I am very excited to welcome Ron Mazellan to The Children’s War as part of the second stop of the Sydney Taylor Award blog tour.
Ron is the winner of the Sydney Taylor Honor Award in the Older Readers category for his illustrations in Marcia Vaughan’s Irena’s Jars of Secrets, the story of Irena Sendler, a young woman who managed to smuggle 2500 Jewish children out of the Warsaw Ghetto and certain death during the Holocaust (see my review here.)
The Sydney Taylor Book Award is presented annually to “outstanding books for children and teen that authentically portray the Jewish experience.” Presented by the Association of Jewish Libraries (AJL) since 1968, the Award “encourages the publication and widespread use of quality Judaic literature.”
Ron, congratulations on winning the 2011 Sydney Taylor Honor Award. It must be a great honor to win an award for your work. I was wondering if you would share some personal history about yourself with us? Have you
always wanted to be an illustrator? And how did you get started
Ever since I was a child I loved to draw. I knew even then I desired to
create for a living, I just didn’t know what to call it. Eventually, the life of
an illustrator took hold of me and since 1982 I have been practicing my
Professionally,my career began following graduation from Wheaton College. Naively, I
moved to California and began my search for a career in Southern California.
I began as a layout artist with the Yellow Pages and then moving on to The
Disneyland Hotel as a graphic designer
I thought the the illustrations in Irena’s Jars of Secrets are so reflective of the what was happening to the Polish Jews. On the one hand, they capture the feelings of fear and of secrecy that shrouded the lives of the families giving up their children, of the children themselves and of Irena Sendler. On the other hand, there is still a feeling of hope. Perhaps you would share a little about your creative process, for instance, how do you prepare for illustrating a book such as Irena’s Jars of Secrets?
My preparation includes personal reading regarding Irena, the time period
described and research regarding World War II and the Holocaust. Also
included are hundreds of drawing studies regarding composition, design,
conceptual ideas, clothing, uniforms, hairstyles all of which contribute to
I proceed first with absorbing the manuscript. I then move into making
small compositional studies, followed by more research, which then triggers something
to inspire the content of my paintings.
Once the idea is generated, a larger slightly refined drawing is made and
submitted for approval. If approved, a much more refined drawing is made and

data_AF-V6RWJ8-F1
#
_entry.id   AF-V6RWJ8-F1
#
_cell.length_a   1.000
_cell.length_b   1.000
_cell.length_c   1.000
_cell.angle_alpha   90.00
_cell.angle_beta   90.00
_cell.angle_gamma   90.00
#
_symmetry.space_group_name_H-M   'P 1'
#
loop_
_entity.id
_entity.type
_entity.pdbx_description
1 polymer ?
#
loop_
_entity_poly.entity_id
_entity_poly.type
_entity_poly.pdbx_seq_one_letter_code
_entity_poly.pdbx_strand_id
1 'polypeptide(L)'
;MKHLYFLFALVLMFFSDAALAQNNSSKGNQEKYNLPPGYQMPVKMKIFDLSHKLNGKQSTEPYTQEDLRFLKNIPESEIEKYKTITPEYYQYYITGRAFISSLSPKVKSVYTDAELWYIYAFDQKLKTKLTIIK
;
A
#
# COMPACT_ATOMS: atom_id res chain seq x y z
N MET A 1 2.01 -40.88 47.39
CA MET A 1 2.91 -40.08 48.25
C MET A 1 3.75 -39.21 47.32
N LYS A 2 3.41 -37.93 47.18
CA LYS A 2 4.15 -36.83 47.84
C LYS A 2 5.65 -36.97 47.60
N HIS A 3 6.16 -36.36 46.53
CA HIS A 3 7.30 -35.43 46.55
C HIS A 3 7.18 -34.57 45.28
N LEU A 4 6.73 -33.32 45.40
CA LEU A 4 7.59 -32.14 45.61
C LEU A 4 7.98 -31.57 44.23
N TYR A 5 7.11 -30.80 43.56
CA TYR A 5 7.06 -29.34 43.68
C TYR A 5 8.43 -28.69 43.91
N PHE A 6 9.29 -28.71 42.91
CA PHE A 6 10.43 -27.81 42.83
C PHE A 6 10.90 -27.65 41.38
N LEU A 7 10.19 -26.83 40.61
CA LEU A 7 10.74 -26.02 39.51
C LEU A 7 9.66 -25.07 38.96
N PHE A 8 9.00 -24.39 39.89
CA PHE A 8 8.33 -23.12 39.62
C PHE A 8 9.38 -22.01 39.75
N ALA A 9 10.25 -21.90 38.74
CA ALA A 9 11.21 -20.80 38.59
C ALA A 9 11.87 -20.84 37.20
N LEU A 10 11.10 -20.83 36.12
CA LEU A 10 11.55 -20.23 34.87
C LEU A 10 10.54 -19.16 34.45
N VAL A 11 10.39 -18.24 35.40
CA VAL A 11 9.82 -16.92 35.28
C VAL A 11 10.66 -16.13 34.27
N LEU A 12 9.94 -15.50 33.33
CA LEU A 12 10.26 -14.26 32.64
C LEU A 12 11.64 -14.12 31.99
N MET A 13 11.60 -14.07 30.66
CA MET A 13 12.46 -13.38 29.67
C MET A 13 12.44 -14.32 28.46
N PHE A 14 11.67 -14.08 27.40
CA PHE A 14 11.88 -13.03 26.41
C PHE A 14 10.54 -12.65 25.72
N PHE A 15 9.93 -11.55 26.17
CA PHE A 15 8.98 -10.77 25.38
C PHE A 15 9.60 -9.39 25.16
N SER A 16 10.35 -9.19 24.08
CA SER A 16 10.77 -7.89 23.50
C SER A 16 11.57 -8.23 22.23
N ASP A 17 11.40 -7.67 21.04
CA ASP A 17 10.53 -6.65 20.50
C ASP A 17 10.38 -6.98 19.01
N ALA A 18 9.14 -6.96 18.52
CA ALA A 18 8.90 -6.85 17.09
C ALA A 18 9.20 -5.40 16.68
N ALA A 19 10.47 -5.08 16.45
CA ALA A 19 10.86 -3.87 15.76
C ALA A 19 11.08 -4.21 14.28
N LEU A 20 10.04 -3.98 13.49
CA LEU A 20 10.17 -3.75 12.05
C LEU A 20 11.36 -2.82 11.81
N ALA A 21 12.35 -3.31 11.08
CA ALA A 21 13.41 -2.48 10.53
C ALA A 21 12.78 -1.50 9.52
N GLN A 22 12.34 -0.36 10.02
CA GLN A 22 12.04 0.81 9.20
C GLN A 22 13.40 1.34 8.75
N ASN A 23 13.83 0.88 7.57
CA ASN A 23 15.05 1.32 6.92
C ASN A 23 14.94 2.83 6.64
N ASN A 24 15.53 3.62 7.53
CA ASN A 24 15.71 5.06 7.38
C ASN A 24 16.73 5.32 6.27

resubmitted. Once again if the drawings are approved, I then think
through a color palette which will describe the emotion of the text and
painting through a layered process in oils.
Perhaps you could tell us what you find to be the most challenging
aspects about your work? The most rewarding?
The most challenging aspects of my work is the excellence I demand of
myself, and the conflict of embracing what is possible for a painting it in
the midst of an advancing deadline.
The most rewarding aspect of my work is the pure joy of doing what you
I know that you have previously illustrated two other books about World
War II and the Holocaust - The Harmonica by Tony Johnston and There Come a
Soldier by Peggy Mercer. Can you tell us what interested you in illustrating
Marcia Vaughan’s book Irena’s Jars of Secrets?
I was excited about illustrating this book based on the three objectives:
subject matter, manuscript and cultural impact. But what intrigued me most
was the truthful description of a telling narrative, which surrounds the
life of Irena Sendler. Her life is an inspiration me. Irena’s actions describe
what is possible when someone chooses to act for good on behalf of another.
She models multiple selfless acts of kindness and courage towards those who
had no hope of survival.
Could you tell us about any of your upcoming projects?
I am working on my own project called Dream Once, Dream Again. The primary
intent is to encourage 8-15 year old students to dream big, but dream beyond
one dream. It is my hope to create a thought-provoking book using written
and visual narrative to motivate young student athletes who aspire to dream
against the odds.
The broader initiative is to honor players/coaches who continue to beat the
odds beyond football. The selected men will be those who strive to create
positive impact and make extraordinary contributions to culture outside
The book will use the metaphor of professional football and training camp in
particular to communicate the concept of adjusting vision and dreams into
new and unexplored possibilities highlighting a select group of men of
Thank you, Ron, for giving us some insider information about life of such a creative artist. I am sure everyone is looking forward to seeing more of your work in the future.
There are so many more interesting authors and illustrators on the Sydney Taylor Award blog tour and I hope you will visit all of them this week. The schedule can be found at